Mr. PRINN. Let me put it this way. I don't think scientists at the present time can rule out the rapid warming pathways. Under those circumstances and remembering that the greenhouse gases we're talking about will last for decades to centuries, then I think that's why we need to think about policy right now and why we need to do something right now. You're taking a risk until scientists can rule out those rapid warming pathways. And so, it's not a matter of seeking 100 percent certainty that we're on one of those pathways at the moment, although I do think if the fingerprint issue were carefully worked on by scientists that might provide a calibration. But, as I said in my testimony, what I think and what my-I and my colleagues think needs to be done at the present time to really address this issue is to think very carefully about new technologies, first and foremost, and second, to think about the ways in which political agreements can be made with all of the countries of the world so that those technologies, as they are invented and become implemented, that they can be used worldwide because that's the only way we'll get out of this real tough position that we could be heading toward. We've sort of got to prepare our forces, as it were, to use if necessary.

POPULATION CONTROL AND CLIMATE CHANGE Mr. COBURN. Let me follow up with each of the other gentlemen. Recently, Vice President Gore made some statements that struck me that his solution for solving many of our problems is population control and the fact that we need to make greater availability of population control and abortion services throughout the world as part of our policy. Would it be your opinion that population growth and the indirect expansion of use of fossil fuels, etc., would be something that we, as a policy of the government, this government, should be in the business of to limit global warming since we've made the connection? And, please, each of you answer, if you will.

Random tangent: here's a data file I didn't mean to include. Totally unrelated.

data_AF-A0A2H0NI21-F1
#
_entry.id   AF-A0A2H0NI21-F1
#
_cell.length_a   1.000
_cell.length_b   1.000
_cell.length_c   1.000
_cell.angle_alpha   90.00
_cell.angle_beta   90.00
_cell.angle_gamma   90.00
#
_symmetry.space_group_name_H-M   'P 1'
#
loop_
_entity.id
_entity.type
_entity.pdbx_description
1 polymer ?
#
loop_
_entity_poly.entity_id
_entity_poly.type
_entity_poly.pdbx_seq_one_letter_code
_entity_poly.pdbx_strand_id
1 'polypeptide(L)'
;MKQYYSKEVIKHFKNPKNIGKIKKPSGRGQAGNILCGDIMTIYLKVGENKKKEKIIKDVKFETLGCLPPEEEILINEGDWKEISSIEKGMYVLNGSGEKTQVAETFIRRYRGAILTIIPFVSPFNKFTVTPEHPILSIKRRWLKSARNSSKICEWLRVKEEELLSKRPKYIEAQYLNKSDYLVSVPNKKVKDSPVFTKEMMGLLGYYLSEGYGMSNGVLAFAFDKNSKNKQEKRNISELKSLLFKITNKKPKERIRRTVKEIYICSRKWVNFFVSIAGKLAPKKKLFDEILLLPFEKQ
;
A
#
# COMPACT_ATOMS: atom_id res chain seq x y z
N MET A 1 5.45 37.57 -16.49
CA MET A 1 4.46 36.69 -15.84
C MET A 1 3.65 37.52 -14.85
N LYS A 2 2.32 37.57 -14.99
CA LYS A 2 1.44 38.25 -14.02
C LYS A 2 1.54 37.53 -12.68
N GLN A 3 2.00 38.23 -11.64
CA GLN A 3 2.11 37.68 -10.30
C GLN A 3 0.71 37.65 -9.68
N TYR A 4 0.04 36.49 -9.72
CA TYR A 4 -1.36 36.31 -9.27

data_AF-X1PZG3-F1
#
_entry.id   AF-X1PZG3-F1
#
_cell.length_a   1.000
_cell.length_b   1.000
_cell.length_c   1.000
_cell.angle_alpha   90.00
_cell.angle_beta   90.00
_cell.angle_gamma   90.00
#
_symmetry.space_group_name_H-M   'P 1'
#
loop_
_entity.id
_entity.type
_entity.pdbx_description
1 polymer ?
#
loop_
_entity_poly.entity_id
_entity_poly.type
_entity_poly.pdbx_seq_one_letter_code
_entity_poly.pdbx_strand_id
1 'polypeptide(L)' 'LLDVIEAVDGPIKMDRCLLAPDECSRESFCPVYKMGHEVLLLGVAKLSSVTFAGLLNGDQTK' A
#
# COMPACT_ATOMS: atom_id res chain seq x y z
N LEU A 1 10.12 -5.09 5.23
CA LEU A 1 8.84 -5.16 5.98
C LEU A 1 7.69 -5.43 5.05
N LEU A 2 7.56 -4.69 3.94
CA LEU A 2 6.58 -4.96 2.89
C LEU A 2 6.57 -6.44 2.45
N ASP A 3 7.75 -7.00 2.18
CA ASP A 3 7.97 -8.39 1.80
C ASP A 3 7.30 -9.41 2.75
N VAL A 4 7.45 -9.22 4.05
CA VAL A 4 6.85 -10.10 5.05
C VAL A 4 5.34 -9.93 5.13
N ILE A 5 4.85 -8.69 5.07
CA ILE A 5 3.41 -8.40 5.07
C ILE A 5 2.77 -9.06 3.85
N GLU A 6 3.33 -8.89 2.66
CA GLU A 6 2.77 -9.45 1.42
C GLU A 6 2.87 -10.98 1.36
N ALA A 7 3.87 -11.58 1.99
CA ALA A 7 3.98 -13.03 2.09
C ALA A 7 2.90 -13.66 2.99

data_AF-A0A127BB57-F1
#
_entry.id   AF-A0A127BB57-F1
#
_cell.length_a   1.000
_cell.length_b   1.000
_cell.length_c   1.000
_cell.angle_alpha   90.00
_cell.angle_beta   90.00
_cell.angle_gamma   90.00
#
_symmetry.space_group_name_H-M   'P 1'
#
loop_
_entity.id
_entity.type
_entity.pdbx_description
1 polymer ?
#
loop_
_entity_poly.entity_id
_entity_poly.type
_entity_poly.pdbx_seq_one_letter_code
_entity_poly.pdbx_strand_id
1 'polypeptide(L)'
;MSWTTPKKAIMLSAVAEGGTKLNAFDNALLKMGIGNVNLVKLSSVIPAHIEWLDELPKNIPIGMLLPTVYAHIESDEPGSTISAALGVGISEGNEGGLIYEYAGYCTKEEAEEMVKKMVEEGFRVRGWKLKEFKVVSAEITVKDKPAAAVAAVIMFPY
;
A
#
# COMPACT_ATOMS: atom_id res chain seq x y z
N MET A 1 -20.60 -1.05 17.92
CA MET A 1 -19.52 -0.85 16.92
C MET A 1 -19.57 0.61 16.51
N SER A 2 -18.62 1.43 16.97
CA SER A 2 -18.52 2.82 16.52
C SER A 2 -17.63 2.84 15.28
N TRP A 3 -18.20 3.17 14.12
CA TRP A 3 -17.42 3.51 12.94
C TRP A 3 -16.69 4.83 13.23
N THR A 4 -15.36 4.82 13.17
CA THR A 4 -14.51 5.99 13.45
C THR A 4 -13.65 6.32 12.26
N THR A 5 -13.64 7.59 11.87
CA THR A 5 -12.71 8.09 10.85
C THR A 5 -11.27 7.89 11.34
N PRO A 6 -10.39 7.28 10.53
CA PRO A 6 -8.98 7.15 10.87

Mr. ROBOCK. Well, if—it depends how much energy each person uses. If people—if there are more people and they continue to use energy with current technology, indeed, they will produce more CO2 and produce more global warming. If the United States does nothing and how can we expect, say, a businessman in India who's told to cut his CO2 emissions or a person in China who wants a refrigerator or a car, say, you can't do it but everybody in the United States is doing it, everybody in the developed world is doing it, how can you expect them to make any changes at all if we don't set an example of using new technologies so that each person in the world can live at a high standard of living like we have but without using so much energy, not making the same mistakes we did with the environment.

Mr. COBURN. Okay. So, I want to get you back to the question, though. The question was that should we be active in our policy to limit population growth around the rest of the world? That was my question.